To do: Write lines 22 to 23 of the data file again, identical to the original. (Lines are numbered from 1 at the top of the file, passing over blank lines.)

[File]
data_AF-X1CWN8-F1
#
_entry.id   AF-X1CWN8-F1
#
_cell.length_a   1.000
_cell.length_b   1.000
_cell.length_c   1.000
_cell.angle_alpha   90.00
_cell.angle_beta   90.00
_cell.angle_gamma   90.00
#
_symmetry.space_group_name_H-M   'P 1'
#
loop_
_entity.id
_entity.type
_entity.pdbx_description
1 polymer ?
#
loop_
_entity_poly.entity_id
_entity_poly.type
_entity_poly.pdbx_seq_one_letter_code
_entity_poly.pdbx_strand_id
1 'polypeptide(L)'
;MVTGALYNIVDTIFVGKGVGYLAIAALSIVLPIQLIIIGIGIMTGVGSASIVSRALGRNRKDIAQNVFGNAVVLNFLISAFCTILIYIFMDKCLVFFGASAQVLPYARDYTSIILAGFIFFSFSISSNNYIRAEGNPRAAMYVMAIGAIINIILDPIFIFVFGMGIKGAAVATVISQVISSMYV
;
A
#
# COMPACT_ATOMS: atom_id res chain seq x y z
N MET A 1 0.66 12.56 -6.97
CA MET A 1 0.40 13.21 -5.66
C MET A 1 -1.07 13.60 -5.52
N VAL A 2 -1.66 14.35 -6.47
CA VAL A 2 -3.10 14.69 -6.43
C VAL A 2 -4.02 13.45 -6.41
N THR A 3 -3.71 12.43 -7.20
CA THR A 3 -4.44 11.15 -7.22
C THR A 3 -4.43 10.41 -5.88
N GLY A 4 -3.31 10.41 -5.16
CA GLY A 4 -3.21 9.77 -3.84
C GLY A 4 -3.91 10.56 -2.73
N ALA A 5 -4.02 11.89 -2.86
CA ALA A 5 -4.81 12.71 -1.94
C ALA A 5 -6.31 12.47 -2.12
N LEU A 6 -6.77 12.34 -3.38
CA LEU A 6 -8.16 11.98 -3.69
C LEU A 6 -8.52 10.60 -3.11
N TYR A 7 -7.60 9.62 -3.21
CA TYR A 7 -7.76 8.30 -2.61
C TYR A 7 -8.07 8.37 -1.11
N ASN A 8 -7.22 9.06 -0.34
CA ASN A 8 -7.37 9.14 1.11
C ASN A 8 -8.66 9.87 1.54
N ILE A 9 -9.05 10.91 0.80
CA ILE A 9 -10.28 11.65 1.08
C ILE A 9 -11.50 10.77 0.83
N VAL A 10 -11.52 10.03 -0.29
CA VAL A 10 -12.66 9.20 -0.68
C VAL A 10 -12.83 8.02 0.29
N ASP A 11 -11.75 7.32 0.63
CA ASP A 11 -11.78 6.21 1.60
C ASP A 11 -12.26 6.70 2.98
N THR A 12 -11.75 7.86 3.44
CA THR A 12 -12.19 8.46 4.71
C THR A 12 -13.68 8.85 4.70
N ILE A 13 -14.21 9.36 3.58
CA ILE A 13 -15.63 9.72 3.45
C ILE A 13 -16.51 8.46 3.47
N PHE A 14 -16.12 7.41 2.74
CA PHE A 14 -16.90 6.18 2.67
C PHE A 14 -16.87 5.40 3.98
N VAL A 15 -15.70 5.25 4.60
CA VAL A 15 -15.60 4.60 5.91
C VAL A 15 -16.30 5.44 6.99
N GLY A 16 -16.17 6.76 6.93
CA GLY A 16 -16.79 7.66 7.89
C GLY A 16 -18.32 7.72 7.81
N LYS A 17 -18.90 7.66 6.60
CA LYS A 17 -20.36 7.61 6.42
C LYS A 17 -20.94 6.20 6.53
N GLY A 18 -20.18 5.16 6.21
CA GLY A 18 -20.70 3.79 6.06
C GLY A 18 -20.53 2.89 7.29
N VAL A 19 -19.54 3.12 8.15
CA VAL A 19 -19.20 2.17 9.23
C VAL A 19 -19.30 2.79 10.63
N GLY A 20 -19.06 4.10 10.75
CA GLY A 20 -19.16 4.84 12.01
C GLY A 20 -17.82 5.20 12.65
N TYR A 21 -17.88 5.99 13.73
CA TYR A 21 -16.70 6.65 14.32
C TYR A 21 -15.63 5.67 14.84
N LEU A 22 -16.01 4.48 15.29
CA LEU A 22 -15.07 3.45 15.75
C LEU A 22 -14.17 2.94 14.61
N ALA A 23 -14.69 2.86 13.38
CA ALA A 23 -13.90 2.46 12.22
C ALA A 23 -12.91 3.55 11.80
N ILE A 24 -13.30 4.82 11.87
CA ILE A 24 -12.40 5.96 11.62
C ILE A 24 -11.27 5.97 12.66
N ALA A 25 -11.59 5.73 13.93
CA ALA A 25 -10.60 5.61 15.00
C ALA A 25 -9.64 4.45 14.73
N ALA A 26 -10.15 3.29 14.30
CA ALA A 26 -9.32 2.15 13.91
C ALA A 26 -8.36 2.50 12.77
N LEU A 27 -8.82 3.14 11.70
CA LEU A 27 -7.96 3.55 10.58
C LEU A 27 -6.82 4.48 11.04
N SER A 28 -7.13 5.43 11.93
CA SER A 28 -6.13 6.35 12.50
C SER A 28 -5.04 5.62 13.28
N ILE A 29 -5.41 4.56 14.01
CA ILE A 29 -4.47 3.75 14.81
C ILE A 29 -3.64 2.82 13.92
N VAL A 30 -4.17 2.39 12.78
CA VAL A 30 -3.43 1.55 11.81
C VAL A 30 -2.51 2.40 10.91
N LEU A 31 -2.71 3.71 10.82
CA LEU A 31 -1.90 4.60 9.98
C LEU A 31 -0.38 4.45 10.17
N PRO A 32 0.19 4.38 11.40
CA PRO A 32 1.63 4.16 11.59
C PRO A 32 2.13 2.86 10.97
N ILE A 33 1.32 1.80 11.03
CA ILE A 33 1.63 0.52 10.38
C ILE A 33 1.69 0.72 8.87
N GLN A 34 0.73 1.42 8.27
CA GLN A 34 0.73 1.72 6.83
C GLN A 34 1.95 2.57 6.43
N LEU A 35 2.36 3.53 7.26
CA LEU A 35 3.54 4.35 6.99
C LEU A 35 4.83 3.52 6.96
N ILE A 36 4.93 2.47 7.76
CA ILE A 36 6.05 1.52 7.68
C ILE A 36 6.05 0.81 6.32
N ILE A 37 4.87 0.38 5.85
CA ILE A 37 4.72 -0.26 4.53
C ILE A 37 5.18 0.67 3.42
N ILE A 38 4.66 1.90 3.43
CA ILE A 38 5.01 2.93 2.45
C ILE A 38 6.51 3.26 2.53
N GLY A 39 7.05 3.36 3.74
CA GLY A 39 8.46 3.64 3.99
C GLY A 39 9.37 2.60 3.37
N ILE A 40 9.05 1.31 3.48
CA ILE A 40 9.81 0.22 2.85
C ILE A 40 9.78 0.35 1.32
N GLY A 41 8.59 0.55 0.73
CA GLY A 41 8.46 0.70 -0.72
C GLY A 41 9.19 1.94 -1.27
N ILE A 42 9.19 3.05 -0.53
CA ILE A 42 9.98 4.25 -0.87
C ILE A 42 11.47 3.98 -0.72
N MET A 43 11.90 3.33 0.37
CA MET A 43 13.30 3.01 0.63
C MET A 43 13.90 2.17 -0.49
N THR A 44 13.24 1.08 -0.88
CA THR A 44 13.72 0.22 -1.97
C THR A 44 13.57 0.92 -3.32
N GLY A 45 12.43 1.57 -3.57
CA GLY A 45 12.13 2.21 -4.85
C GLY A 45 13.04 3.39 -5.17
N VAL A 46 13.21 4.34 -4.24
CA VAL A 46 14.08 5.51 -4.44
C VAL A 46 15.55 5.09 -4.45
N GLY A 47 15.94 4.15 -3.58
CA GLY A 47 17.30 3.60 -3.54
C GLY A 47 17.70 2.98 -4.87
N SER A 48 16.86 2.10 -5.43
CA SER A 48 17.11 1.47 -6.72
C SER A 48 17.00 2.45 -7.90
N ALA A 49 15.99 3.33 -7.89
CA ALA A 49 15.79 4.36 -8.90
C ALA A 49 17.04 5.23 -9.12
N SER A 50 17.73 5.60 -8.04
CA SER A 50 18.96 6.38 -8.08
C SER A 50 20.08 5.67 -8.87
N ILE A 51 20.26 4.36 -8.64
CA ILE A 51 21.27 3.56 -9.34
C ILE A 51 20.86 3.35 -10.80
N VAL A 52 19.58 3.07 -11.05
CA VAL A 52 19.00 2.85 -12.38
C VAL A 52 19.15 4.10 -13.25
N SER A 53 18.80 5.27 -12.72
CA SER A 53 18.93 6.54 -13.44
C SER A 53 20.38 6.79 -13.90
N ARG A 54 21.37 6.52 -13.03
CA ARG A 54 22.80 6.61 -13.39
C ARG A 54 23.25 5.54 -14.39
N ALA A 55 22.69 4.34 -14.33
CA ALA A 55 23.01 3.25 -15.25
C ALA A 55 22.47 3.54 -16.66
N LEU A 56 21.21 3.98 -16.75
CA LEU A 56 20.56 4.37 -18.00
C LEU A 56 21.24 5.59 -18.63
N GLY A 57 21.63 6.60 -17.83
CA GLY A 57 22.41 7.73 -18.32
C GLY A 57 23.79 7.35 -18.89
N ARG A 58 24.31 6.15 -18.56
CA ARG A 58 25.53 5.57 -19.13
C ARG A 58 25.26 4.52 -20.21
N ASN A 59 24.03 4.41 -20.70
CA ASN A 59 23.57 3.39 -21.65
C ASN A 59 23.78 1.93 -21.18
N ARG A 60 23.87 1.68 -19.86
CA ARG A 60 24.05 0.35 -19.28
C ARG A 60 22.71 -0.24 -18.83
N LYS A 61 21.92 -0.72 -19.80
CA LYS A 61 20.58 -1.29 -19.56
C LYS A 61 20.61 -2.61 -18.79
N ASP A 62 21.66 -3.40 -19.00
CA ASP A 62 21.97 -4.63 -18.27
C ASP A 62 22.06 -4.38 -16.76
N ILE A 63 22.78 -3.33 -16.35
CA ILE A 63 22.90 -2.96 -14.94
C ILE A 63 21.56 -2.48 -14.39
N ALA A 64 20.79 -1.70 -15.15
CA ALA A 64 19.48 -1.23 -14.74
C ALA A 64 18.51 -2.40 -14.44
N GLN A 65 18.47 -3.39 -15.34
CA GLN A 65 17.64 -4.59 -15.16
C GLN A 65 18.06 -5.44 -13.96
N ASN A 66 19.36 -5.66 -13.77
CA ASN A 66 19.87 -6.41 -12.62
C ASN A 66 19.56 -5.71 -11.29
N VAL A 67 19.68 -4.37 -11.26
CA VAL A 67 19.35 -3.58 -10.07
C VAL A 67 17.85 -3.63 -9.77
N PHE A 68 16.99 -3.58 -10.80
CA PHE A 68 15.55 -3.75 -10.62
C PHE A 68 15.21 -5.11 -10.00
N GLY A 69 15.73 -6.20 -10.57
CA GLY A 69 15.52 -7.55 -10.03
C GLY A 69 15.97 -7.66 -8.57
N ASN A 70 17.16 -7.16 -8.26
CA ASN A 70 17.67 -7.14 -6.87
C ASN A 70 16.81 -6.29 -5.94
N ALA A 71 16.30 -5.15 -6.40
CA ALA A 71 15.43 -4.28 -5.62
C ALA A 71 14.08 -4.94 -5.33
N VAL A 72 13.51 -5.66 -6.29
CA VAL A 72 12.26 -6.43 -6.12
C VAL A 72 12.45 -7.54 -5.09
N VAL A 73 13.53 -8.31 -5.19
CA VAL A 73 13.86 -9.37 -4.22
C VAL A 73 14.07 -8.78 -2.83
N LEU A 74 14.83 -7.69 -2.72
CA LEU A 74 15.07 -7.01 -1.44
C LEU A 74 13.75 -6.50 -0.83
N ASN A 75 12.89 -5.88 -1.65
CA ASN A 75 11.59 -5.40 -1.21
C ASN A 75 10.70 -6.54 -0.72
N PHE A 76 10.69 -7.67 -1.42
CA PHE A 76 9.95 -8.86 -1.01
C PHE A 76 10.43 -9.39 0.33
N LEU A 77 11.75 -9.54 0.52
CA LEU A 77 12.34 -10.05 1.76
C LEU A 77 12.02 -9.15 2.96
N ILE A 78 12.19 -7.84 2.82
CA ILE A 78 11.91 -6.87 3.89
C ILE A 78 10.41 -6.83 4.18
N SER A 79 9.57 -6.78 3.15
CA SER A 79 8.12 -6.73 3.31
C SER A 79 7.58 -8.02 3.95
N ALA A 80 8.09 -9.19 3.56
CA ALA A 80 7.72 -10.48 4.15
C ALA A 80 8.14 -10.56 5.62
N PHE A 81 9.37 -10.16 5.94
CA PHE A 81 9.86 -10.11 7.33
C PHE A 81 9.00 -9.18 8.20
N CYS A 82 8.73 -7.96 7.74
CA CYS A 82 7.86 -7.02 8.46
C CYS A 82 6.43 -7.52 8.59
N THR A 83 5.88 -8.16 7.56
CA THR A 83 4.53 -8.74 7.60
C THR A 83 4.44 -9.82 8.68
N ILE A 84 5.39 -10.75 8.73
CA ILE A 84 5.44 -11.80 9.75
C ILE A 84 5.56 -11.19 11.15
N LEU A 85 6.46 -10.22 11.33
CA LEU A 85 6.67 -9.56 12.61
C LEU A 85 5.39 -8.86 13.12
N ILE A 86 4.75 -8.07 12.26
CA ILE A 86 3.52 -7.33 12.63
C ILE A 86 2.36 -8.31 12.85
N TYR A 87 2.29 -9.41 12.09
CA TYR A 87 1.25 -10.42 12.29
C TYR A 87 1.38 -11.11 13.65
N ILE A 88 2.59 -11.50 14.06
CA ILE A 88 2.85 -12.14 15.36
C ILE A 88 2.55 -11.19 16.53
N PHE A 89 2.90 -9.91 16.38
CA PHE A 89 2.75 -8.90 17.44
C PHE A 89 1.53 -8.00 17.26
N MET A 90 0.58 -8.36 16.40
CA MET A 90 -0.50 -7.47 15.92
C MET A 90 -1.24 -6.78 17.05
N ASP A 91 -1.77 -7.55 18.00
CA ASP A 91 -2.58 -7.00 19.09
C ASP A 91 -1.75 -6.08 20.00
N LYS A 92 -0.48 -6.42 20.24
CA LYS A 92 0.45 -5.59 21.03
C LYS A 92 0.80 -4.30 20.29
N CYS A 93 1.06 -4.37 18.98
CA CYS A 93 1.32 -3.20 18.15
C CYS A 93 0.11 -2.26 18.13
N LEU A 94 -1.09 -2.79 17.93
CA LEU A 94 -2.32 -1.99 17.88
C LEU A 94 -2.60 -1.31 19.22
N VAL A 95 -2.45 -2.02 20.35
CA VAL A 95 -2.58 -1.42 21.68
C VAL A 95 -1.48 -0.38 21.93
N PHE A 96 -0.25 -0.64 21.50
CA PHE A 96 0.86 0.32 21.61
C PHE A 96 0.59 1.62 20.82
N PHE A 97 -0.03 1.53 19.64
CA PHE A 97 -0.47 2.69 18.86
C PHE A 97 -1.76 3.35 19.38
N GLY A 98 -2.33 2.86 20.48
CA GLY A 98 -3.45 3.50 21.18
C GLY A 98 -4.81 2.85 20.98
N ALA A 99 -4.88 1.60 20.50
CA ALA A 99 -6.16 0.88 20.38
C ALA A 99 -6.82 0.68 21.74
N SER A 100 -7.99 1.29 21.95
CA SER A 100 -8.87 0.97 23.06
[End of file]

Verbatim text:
_entity_poly.type
_entity_poly.pdbx_seq_one_letter_code